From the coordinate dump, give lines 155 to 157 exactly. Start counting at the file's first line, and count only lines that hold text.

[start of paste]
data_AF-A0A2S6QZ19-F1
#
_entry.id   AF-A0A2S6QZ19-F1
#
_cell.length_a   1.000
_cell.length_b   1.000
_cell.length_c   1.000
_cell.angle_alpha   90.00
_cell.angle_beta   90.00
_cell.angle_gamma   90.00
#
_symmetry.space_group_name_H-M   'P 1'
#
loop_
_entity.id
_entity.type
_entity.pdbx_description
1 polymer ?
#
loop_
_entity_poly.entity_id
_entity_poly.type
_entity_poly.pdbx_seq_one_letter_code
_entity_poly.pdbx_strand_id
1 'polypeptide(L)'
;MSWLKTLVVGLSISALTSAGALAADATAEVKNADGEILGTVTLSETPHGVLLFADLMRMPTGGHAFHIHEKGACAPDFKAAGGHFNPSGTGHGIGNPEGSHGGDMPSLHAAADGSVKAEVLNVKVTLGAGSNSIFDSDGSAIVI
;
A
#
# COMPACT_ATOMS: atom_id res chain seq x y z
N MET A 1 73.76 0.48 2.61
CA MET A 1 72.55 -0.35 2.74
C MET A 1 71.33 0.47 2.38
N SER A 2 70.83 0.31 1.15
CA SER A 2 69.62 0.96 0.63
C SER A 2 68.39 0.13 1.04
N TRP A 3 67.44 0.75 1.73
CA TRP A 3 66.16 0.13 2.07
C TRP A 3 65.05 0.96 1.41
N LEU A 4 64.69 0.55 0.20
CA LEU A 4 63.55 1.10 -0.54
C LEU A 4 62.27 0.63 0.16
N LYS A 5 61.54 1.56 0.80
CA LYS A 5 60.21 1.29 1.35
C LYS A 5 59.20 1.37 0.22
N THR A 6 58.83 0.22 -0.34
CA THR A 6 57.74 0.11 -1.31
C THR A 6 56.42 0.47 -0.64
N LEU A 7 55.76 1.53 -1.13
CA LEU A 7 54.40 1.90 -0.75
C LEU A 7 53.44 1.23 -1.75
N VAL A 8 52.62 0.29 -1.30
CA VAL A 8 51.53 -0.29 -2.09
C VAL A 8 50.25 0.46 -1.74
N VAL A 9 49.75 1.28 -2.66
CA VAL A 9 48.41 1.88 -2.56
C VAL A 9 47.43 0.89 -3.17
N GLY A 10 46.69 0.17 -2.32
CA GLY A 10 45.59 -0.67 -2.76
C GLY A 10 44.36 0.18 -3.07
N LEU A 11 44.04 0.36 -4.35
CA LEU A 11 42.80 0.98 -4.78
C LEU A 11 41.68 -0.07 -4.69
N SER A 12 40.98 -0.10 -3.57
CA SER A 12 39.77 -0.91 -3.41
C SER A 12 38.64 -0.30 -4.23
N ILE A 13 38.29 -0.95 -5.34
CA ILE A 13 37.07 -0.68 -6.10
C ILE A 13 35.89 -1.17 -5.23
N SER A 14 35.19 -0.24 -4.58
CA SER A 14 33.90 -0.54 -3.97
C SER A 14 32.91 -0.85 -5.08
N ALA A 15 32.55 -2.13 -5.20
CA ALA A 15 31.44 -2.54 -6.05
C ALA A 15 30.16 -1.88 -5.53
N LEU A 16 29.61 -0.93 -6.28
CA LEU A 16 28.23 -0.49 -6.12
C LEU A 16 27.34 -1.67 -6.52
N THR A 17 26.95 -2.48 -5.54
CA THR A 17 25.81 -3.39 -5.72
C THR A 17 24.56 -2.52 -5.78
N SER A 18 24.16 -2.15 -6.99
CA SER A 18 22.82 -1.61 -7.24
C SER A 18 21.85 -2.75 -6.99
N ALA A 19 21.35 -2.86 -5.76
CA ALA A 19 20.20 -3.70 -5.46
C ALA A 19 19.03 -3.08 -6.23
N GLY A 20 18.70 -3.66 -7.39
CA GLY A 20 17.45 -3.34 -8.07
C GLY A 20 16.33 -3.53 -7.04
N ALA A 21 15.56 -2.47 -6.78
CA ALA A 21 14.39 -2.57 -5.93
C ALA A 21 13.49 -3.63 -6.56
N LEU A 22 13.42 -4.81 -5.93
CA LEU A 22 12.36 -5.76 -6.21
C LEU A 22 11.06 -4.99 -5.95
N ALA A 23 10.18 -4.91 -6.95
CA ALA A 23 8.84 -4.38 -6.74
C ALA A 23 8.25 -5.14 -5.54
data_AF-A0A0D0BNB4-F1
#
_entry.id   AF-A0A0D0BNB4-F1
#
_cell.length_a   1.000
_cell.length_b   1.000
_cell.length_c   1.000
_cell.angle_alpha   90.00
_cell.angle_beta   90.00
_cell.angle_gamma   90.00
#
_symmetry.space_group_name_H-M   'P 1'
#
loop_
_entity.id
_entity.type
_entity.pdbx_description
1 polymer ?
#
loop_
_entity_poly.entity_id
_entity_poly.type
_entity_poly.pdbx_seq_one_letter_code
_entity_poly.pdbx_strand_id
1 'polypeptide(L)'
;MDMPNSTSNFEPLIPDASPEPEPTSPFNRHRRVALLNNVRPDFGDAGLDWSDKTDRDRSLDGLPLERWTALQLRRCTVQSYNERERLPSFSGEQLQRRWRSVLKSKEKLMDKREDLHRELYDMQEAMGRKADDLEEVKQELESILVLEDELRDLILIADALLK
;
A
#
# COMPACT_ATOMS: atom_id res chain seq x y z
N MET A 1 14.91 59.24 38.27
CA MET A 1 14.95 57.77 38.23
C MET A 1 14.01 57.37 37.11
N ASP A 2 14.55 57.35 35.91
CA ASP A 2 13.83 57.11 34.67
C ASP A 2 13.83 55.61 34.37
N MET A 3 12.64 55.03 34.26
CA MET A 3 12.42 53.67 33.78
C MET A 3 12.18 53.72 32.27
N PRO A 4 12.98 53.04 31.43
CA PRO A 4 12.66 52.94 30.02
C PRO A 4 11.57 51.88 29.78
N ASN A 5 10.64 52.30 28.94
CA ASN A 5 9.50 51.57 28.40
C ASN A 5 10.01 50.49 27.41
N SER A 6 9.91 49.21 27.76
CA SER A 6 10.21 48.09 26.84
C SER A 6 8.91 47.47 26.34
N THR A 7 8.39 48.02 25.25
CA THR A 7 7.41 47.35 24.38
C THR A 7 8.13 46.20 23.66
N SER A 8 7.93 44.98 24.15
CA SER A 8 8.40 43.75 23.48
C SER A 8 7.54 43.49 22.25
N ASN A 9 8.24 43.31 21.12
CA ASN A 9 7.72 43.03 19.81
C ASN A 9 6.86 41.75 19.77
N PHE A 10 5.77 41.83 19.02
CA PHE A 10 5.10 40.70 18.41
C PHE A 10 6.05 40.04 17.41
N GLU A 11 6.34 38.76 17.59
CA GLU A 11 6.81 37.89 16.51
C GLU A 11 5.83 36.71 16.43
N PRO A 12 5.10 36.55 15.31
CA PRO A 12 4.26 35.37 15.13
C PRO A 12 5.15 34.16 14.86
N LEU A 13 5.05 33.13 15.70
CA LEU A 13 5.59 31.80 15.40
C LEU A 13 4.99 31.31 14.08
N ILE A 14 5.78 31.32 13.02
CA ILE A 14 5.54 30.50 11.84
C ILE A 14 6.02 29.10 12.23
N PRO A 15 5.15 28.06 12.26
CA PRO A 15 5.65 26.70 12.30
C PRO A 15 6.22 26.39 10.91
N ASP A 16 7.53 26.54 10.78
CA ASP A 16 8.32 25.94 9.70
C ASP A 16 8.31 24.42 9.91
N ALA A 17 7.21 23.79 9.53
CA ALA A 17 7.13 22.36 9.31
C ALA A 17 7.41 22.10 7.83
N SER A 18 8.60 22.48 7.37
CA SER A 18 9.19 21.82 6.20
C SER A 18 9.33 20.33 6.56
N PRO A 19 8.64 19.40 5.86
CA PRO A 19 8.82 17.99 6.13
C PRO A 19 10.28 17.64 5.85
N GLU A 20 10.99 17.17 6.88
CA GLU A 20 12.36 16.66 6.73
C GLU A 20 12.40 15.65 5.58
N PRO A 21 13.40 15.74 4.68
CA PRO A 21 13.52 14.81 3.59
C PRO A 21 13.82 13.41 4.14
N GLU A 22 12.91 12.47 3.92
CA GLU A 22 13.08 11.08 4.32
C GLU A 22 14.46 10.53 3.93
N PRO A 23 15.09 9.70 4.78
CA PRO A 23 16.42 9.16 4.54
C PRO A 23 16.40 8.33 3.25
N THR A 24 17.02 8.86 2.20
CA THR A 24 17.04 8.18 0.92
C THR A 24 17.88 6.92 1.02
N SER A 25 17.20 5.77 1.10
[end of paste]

CA ASN A 9 7.72 43.03 19.81
C ASN A 9 6.86 41.75 19.77
N PHE A 10 5.77 41.83 19.02